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Author Topic: Roll 3d6 .... What is this?!?  (Read 8087 times)
lev_lafayette
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« on: February 23, 2005, 01:50:28 PM »

D&D calls them "Abilities", GURPS, RuneQuest and the White Wolf System calls them "Attributes", whilst Rolemaster and the Hero System calls them "Characteristics".

Roll 3d6 six times and allocate in order; Strength, Intelligence, Dexterity, Wisdom, Constitution and Charisma....

We know what they are in game terms. We know that the provide a foundation of what a character can do.

But what are they supposed to represent? Genetic traits? Learned traits? Should this represenation be consistent? If not, why not?

What is the "right number" and distribution of such "stats"? GURPS has four; Rolemaster has ten - why such variation? Most games don't differentiate between manual dexterity and bodily agility (and thus end up with cheetahs who can pick pockets and mend watches?).
 
What's their relationship between stats and skills? In RQ a character with a Dex of 30 gains +20% to their attack rolls. Using a similar scale, a GURPS character would effectively gain a bonus of more than 100%.  Why is there such variation between two systems both which claimed to be realistic?

Random (the genetic or social "die" is cast!) or allocated (e.g., point-based)? Second-generation players ("you have your mother's eyes and your father's strength")?

How would players react to the idea of randomly rolling their sexual orientation (could be educational for some....)? What about randomly determined alignment?
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Valamir
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« Reply #1 on: February 23, 2005, 01:58:19 PM »

Well from my perspective (and most of the folks who hang out here) the "Right" answer is the one that best matches the game's mechanics with the intended purpose of play...regardless of what that means or its relationship to any philosophical musings on "reality".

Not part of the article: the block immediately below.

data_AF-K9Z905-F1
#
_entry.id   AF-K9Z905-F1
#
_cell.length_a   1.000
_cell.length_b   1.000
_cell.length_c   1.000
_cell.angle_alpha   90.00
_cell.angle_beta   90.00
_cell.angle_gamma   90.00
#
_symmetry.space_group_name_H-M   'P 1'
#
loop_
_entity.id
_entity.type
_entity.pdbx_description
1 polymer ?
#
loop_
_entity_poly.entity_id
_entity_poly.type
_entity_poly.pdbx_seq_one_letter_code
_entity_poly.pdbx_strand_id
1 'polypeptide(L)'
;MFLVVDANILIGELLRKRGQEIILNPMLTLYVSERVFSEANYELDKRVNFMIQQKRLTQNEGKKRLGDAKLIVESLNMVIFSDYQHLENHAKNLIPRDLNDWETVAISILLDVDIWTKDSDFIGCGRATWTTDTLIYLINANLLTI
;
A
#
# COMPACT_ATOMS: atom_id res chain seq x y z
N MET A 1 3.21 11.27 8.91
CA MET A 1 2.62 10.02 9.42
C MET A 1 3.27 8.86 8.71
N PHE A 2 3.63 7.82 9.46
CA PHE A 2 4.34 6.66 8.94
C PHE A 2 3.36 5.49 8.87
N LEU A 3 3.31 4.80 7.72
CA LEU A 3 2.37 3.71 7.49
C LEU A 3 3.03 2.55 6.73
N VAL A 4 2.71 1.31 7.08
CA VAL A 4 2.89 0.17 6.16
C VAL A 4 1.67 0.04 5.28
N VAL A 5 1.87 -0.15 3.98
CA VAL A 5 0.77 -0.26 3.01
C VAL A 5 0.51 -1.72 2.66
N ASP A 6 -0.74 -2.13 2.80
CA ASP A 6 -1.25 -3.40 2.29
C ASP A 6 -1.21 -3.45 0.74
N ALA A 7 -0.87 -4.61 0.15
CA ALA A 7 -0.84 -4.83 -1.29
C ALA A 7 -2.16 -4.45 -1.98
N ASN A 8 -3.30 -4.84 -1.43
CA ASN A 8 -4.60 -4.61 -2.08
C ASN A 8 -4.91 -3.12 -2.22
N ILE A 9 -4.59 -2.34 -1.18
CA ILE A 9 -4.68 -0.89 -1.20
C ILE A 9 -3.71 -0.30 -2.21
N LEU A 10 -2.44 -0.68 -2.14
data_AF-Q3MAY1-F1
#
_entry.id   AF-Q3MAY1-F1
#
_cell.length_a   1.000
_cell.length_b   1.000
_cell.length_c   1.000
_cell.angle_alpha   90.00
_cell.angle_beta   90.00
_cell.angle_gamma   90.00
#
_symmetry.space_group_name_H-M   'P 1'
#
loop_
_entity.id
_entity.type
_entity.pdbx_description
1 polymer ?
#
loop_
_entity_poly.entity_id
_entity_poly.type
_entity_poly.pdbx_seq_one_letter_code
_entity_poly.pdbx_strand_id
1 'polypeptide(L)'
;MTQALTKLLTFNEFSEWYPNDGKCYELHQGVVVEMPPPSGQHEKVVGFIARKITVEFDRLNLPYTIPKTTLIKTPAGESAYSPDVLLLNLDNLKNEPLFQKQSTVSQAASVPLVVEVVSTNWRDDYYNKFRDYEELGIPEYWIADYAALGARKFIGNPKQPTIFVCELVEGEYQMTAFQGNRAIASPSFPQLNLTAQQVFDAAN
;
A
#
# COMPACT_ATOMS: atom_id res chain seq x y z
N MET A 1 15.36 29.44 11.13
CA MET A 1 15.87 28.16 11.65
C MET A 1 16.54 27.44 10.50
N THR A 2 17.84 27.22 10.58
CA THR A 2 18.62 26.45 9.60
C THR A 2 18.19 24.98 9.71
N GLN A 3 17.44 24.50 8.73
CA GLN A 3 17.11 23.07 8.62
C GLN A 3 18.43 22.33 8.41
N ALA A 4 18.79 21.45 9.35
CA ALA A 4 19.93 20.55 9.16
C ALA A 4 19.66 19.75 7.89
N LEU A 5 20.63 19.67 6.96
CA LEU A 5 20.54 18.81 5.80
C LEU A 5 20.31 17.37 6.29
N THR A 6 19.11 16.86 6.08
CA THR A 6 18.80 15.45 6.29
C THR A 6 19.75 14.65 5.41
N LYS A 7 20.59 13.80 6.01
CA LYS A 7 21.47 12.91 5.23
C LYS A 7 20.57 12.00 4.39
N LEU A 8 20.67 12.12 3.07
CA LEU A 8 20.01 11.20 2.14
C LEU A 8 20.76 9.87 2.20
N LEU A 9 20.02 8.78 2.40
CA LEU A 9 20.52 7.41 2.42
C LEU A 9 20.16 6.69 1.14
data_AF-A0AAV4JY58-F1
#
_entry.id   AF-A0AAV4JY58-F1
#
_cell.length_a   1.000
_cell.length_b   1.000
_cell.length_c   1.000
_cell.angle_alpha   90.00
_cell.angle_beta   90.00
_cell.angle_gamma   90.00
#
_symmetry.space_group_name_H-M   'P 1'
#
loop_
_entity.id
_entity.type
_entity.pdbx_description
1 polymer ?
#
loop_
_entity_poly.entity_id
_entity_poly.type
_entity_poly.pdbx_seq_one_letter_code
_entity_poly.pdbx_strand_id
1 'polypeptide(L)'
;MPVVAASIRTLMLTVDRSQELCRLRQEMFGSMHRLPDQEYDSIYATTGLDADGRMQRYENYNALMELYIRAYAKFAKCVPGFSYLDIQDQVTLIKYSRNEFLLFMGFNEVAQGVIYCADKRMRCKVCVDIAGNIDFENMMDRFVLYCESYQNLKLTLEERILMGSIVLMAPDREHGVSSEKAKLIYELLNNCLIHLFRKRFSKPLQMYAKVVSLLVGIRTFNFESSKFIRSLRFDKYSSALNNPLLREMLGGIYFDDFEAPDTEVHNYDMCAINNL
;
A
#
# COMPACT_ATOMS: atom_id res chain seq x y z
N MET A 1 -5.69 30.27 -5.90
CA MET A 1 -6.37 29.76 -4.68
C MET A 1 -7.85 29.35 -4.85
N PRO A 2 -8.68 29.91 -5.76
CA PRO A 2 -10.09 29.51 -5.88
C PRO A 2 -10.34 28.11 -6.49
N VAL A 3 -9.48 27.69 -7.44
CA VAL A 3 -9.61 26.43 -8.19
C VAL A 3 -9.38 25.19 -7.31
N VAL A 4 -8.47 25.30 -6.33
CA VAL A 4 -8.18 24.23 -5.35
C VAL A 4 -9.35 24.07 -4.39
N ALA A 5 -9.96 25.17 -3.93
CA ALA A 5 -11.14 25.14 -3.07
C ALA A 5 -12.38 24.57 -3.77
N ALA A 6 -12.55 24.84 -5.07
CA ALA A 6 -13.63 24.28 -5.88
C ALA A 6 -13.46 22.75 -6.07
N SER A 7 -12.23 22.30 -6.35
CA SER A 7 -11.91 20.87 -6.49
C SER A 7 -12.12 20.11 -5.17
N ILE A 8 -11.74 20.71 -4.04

The "Wrong" answer is any system (no matter how well in works) that was designed that way "just because" with no real thought as to promoting the game's play goals.

Aside from that you're really left with nothing more than personal preference.  So to keep this thread from becoming a general "tell me what you think" opinion poll (which is a no-no at the Forge), do you have some specific questions or areas that you want to zero the discussion in on?

BTW:  Indie-Design is only to be used for actual games being actually designed for actual publication (i.e. release to the public).  General questions like this belong in RPG Theory.  I'm sure one of the moderators will be around to move it presently.
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Ron Edwards
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« Reply #2 on: February 23, 2005, 09:49:44 PM »

Hello,

You won't be surprised to discover that we've discussed this issue pretty heavily at the Forge too, and we're not alone. This isn't meant to shut down the current conversation, but maybe we'll all do better to review some of the ground that's been covered.

Choosing and defining the stats (this one has important internal links, including one to an essay by John Kim)
Traits and skills threads please (this one has pretty much all the links to earlier discussions)

Best,
Ron
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Callan S.
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« Reply #3 on: February 24, 2005, 02:30:57 AM »

Quote from: Valamir
The "Wrong" answer is any system (no matter how well in works) that was designed that way "just because" with no real thought as to promoting the game's play goals.


I get the feeling a reflexive design practice is actually to go into freeform sim exploration, imagining the world or the specific game world and what would exist there and write down what you find in such an exploration.

So the blunt suggestion that they should determine these stats in relation to the games real life goals (something at a very metagame level), is incredibly jarring. Which leaves game design stagnating.

On the flip side, it'd be interesting to play an RPG where your characters stats were described as X, Y and Z, or such like, with no color at all...and yet it still worked.